Courageous Thomas and the Risen Christ

Caravaggio's, "Doubting Thomas"

Poor Thomas.  He’s been dubbed the “Doubter” for nearly two thousand years.

His story is so commonplace by now, one barely needs to retell it:  On Easter day, Jesus appeared to his disciples.  Thomas was not around for the big event, so when the disciples told Thomas that Jesus had defied death and was alive and well, he said that he needed to see Jesus for himself.

Thus, the apparent doubt.  Who wouldn’t doubt a far-fetched tale as this one? Jesus was alive?  From the dead?  Wounds and all?  With the grief and terror overshadowing the torturous crucifixion event, one must wonder what sick game the disciples were trying to pull anyway.

As the story goes, the disciples gathered again the following week.  This time, Thomas made certain he was present.  Sure enough, Jesus appeared out of thin air.

This time, Jesus called Thomas by name; and not only did he show Thomas the wounds on his hands and feet, he told Thomas to touch them.  Thomas responded with a memorable affirmation of faith, “My Lord and my God!”

I must admit, Thomas’ legacy of being the Doubter of all Doubters always gave me some sense of peace.  I too am a perpetual doubter–a skeptic by nature who always needs to “see it to believe it.”

I was the one in my group of friends who always demanded that any logic or rational had to hold up in a court of law or to some empirical standard.  I was always the one who prayed, “Lord, I believe; help my unbelief.”

Doubting Thomas taught me that Jesus makes plenty of room for folks like him and me.

Yet, the more I look at this text, the more, well, doubtful, I become that Thomas really deserves his well-worn moniker.  I’m not convinced that he doubted Jesus’ appearance as much as we all assume.

Never once did he tell the disciples that he did not believe them; rather, Thomas did something that defied doubt–he courageously demanded to experience the Risen Christ for himself.

Thomas was not content with simply hearing about Christ, he wanted to know Christ was alive and touch him, even if only for the last time.  Think about it: How many of us would give everything we have to touch a loved one who has passed on?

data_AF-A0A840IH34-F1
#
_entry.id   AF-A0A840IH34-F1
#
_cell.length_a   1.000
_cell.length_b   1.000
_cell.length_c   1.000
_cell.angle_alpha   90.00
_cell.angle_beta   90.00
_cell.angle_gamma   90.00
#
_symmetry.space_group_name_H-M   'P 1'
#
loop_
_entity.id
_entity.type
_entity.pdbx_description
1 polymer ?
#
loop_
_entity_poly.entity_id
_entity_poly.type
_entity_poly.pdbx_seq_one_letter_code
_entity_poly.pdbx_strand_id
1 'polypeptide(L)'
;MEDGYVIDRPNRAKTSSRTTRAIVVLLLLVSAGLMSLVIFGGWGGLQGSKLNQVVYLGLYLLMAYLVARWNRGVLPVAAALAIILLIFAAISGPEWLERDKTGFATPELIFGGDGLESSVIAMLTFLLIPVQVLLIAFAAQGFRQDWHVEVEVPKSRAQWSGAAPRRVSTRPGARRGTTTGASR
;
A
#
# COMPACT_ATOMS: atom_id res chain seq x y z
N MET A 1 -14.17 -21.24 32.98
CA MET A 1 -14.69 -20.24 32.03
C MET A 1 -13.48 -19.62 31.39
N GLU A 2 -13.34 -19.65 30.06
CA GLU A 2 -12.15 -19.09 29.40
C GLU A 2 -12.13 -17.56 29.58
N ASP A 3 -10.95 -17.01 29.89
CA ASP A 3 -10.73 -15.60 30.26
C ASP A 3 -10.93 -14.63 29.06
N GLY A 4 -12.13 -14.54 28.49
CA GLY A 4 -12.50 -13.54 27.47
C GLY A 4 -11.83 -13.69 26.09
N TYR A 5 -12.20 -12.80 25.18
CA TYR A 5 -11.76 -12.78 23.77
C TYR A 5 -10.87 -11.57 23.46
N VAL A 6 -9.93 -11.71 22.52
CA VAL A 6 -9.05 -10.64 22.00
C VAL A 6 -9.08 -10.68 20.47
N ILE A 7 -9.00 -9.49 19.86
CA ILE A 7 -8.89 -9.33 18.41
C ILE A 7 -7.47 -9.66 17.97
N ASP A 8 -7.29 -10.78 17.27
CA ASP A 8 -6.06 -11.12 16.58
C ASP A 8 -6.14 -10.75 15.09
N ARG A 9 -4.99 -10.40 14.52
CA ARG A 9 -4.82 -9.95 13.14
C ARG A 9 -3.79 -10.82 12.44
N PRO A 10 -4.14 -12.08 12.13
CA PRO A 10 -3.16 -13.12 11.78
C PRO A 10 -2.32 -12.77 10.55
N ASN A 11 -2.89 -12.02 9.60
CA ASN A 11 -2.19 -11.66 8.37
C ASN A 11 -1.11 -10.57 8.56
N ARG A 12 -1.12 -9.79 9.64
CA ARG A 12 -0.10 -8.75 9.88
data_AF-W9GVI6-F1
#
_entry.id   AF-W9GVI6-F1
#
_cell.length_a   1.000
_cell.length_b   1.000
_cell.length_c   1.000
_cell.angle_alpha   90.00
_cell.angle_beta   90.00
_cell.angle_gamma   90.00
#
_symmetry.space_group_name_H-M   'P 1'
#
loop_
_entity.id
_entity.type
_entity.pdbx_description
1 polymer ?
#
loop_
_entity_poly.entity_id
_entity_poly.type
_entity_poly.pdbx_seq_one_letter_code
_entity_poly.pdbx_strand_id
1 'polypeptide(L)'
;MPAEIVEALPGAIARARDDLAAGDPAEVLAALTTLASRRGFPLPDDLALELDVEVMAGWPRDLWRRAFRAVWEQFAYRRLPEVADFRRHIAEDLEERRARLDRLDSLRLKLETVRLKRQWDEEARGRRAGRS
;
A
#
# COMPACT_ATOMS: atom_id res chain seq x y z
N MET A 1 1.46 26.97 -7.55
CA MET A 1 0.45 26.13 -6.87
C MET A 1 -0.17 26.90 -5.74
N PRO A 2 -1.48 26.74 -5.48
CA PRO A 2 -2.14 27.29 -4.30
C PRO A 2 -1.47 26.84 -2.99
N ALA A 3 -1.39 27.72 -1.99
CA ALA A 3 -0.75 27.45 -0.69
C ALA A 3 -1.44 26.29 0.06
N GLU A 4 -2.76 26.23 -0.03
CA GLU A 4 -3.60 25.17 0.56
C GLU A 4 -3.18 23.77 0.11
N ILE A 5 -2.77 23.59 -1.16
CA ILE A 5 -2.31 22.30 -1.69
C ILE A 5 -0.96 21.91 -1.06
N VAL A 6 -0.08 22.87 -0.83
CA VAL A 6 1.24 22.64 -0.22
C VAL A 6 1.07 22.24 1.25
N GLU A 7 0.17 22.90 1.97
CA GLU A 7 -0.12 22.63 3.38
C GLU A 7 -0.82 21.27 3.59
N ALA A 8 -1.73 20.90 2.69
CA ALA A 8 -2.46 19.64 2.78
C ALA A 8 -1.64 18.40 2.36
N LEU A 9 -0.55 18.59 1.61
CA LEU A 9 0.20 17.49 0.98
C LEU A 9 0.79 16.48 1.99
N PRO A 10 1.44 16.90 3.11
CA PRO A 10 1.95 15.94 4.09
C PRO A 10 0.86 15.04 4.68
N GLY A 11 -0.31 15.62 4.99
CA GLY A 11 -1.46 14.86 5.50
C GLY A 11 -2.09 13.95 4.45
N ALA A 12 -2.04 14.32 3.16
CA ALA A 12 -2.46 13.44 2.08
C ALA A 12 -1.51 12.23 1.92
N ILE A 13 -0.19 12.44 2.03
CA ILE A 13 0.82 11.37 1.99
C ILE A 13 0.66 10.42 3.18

Thomas reminds us that an authentic faith–one that sustains us through doubt and crisis–is one built upon a direct relationship with Jesus.

When I was in college working on my religion degree, I realized just how much of my faith was built upon the religious convictions of my parents and my church.  I heard a lot about Jesus; I knew about Jesus.  I made it my vocation to study the stories about Jesus.

But did I know Jesus for myself?  Did I take ownership of that relationship and wrestle with God on my own terms rather than on the terms imposed upon me by my religious tradition?  Was Jesus “my Lord” as much as he was my parents’ Lord?

As I began to take ownership of that relationship, I realized that the faith I was gaining was unique and vibrant.  It was a type of faith that did not require an answer to every puzzle; it was a type of faith that made as much room for God’s mystery as God had made for my doubts.

Christians are called “witnesses” because they bear testimony to their unique experiences with the Risen Christ.  Just as hearsay is inadmissible in a court of law, so too is an indirect faith inadequate for a personal relationship with Jesus.

No one else can do faith for us; only we can choose to let Christ into our hearts.

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